“Stop worrying so much. I don’t remember any of the moments in my life where I worried. Raise the bar higher. Nothing is a failure; it’s just not supposed to work out.”
In addition, she found time to mention: “Eat something green every day. Do not pick your nose in public. How about we just go get a tissue? When someone who cares about you, hugs you, hug them back. If someone doesn’t want to play with you, it’s O.K. Not everybody is going to love us.
And last but not least, go find your joy. It’s what you’re going to remember in the end. It’s not the worry, it’s not the what-ifs. It’s the joy that stays with you. And I want to thank you for the joy that Warren Easton brings me every day.”
”—Sandra Bullock, Monday morning in a New Orleans–area public high school, where she surprised students during their graduation ceremony with a touching speech.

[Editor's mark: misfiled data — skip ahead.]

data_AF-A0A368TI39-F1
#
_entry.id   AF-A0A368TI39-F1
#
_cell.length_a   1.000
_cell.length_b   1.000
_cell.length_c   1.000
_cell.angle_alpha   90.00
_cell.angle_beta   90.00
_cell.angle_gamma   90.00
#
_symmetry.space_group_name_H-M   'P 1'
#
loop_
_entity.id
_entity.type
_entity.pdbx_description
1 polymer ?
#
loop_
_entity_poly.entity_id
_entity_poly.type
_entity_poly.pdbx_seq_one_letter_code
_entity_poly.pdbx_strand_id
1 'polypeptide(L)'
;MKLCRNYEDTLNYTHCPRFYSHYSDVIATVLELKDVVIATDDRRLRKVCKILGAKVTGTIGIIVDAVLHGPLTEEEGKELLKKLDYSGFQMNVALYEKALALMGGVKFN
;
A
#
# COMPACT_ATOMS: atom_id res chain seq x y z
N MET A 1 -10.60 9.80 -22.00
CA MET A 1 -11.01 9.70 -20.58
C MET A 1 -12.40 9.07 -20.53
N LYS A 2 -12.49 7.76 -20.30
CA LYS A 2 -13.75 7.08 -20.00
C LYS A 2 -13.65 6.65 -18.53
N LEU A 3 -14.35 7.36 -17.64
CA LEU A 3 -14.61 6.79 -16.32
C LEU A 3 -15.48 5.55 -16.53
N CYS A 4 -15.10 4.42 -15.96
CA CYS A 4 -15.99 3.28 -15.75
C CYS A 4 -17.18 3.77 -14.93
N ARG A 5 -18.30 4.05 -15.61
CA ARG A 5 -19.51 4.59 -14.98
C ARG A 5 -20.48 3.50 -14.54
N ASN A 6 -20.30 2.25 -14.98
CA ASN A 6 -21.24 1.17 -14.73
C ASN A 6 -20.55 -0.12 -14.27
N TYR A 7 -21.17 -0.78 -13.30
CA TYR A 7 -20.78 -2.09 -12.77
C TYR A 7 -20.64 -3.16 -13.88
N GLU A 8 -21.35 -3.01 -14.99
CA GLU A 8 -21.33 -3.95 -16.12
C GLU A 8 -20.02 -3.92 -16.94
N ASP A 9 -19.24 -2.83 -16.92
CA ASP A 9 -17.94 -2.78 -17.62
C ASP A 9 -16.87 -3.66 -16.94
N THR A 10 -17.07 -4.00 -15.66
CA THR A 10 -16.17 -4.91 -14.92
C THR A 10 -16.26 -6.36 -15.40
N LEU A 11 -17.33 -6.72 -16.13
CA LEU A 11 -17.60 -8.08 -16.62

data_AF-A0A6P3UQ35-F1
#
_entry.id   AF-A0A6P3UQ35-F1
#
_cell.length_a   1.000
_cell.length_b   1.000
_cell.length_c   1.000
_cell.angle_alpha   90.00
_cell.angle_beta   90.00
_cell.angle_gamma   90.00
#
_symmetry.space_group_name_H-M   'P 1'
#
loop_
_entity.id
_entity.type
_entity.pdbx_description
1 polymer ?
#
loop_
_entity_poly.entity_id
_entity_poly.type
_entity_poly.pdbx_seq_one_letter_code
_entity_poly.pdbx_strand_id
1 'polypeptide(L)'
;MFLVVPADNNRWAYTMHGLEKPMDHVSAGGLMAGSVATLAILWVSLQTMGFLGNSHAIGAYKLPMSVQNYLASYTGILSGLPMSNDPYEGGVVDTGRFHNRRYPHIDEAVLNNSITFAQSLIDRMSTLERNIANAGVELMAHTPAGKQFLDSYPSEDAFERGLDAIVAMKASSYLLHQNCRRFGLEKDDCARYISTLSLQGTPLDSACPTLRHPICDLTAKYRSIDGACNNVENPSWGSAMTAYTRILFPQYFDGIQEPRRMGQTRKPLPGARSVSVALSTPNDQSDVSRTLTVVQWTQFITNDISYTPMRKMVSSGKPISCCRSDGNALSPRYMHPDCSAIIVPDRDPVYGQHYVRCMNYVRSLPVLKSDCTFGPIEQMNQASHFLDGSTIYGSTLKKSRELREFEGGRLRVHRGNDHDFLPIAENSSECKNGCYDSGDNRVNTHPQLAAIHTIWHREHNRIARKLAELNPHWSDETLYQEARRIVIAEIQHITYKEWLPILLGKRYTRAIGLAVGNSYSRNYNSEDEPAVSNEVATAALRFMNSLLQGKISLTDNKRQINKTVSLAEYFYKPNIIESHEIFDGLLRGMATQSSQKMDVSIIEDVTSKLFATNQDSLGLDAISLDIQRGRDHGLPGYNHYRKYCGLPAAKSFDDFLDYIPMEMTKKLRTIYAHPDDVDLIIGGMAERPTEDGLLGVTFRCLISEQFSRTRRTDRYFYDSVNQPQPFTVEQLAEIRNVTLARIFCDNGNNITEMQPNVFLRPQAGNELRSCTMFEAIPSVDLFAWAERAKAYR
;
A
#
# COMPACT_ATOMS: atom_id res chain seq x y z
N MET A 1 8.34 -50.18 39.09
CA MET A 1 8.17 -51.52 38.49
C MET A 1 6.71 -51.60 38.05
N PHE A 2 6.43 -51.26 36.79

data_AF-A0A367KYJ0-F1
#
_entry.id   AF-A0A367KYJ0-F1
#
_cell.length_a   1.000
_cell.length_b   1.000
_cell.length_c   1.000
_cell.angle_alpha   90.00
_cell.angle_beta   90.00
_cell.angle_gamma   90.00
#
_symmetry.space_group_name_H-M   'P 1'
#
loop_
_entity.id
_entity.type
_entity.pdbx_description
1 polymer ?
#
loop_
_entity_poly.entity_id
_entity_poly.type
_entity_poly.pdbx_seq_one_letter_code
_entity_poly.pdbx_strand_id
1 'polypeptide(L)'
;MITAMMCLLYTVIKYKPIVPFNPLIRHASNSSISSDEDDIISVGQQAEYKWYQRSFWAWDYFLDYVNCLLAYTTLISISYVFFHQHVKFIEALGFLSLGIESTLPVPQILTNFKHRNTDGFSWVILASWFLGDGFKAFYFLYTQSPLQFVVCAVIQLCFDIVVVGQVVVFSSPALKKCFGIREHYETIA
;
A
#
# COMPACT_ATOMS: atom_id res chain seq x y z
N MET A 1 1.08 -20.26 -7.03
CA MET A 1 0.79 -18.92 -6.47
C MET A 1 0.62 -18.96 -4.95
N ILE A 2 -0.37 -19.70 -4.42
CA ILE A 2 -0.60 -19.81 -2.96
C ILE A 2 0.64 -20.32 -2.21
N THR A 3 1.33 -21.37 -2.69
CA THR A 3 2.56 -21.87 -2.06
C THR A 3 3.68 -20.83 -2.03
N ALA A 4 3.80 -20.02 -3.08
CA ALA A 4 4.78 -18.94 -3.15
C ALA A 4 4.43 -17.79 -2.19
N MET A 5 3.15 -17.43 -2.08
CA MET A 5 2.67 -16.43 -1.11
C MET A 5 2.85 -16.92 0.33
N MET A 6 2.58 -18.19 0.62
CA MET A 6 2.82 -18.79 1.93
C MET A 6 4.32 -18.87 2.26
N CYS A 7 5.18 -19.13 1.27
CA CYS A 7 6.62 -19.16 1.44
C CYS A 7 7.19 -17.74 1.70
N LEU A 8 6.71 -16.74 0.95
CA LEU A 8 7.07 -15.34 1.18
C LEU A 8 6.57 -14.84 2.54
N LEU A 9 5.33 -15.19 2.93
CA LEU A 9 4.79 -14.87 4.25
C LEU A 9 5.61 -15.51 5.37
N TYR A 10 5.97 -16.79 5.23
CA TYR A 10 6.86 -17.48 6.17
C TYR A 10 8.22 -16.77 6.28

If you need someone — how they make you feel, what they do for you, how they keep you whole — then you don’t actually love them, you just love the role they play in your life. The further you can push away from that need, the closer you’ll get to loving the human.
(This is an idea from Joko Beck’s Everyday Zen, which I *highly highly highly* recommend for anxious and/or ADD types, but this is true for everyone.)
“Girls are trained to say, ‘I wrote this, but it’s probably really stupid.’ Well, no, you wouldn’t write a novel if you thought it was really stupid. Men are much more comfortable going, ‘I wrote this book because I have a unique perspective that the world needs to hear.’ Girls are taught from the age of seven that if you get a compliment, you don’t go, ‘Thank you’, you go, ‘No, you’re insane.’”—Lena Dunham, in an interview with The Guardian (x)